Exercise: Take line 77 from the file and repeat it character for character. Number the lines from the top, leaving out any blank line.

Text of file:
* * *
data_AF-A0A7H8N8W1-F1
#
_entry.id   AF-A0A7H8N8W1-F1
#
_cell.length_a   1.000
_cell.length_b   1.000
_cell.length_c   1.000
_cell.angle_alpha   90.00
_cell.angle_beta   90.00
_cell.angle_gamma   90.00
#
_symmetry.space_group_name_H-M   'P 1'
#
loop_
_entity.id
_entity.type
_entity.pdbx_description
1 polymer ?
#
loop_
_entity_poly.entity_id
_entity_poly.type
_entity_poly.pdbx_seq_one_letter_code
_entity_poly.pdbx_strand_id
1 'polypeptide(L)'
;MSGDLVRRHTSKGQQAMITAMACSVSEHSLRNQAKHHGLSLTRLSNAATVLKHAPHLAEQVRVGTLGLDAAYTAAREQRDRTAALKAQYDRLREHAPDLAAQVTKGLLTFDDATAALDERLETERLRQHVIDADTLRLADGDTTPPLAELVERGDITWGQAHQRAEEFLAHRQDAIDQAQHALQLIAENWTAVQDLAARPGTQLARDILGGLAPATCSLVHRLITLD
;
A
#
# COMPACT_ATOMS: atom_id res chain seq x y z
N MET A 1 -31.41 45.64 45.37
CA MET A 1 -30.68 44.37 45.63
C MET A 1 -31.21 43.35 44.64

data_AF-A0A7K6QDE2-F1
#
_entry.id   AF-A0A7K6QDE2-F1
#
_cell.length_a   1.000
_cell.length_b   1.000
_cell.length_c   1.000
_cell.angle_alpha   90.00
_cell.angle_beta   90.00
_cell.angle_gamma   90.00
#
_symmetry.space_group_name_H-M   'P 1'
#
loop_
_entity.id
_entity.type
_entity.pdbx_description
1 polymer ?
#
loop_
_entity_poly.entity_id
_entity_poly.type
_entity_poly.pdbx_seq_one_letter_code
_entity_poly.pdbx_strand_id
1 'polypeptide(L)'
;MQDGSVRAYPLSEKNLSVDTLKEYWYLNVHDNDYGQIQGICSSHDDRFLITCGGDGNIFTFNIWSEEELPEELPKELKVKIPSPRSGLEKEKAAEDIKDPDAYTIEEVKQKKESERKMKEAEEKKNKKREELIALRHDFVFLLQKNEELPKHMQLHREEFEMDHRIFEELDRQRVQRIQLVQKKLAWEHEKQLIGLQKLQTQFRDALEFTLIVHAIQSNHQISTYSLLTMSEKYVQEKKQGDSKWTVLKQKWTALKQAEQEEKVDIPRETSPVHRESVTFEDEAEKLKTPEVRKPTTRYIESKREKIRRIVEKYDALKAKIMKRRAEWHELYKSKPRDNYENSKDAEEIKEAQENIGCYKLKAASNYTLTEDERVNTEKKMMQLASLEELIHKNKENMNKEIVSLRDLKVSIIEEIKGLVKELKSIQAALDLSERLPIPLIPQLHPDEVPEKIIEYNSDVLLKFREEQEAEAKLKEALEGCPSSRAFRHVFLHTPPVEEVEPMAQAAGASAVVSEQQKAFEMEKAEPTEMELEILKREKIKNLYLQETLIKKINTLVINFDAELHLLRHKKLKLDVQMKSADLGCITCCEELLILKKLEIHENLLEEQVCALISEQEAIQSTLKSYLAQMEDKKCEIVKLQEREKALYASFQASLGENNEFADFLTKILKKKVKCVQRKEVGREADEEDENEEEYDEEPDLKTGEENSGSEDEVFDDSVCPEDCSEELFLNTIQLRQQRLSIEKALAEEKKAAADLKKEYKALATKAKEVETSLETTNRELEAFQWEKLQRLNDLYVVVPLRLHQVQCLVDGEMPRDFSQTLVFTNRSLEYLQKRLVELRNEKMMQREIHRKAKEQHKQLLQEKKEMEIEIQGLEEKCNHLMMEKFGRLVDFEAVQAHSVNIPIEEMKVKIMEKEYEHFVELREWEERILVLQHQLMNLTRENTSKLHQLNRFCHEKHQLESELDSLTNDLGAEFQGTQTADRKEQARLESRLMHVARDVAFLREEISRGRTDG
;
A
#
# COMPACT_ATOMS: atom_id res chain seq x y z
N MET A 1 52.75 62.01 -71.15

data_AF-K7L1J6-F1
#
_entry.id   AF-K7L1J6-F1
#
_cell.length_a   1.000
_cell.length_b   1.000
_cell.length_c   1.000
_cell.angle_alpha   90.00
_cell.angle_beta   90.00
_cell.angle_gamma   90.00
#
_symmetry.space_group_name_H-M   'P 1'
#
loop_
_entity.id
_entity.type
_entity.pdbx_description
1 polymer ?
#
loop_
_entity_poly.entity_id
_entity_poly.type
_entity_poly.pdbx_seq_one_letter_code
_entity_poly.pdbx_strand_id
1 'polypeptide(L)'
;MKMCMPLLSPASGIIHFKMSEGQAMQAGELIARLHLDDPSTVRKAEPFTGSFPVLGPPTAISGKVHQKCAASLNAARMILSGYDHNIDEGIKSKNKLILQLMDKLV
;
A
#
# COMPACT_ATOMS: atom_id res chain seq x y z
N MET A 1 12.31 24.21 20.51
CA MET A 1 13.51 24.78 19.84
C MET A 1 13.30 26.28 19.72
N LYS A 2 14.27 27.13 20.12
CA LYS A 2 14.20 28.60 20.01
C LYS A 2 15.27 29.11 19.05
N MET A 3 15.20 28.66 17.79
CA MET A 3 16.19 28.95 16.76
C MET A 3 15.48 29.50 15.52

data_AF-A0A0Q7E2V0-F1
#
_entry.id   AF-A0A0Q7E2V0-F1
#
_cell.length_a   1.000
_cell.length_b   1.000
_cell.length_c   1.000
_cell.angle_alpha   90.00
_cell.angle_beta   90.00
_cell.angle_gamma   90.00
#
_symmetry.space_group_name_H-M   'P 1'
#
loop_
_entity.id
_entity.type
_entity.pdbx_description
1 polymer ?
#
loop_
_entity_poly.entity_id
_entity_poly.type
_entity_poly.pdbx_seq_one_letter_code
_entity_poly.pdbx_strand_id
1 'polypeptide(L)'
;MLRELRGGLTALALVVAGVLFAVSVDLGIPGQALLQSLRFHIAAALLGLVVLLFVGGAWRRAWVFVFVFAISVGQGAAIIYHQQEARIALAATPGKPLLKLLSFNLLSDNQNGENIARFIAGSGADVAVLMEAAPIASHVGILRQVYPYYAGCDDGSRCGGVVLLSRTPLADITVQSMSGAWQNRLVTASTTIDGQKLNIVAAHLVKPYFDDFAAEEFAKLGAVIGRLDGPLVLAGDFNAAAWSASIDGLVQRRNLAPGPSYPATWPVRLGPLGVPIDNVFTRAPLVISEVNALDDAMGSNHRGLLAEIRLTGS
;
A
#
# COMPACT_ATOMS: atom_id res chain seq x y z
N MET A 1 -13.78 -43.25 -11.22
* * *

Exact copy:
#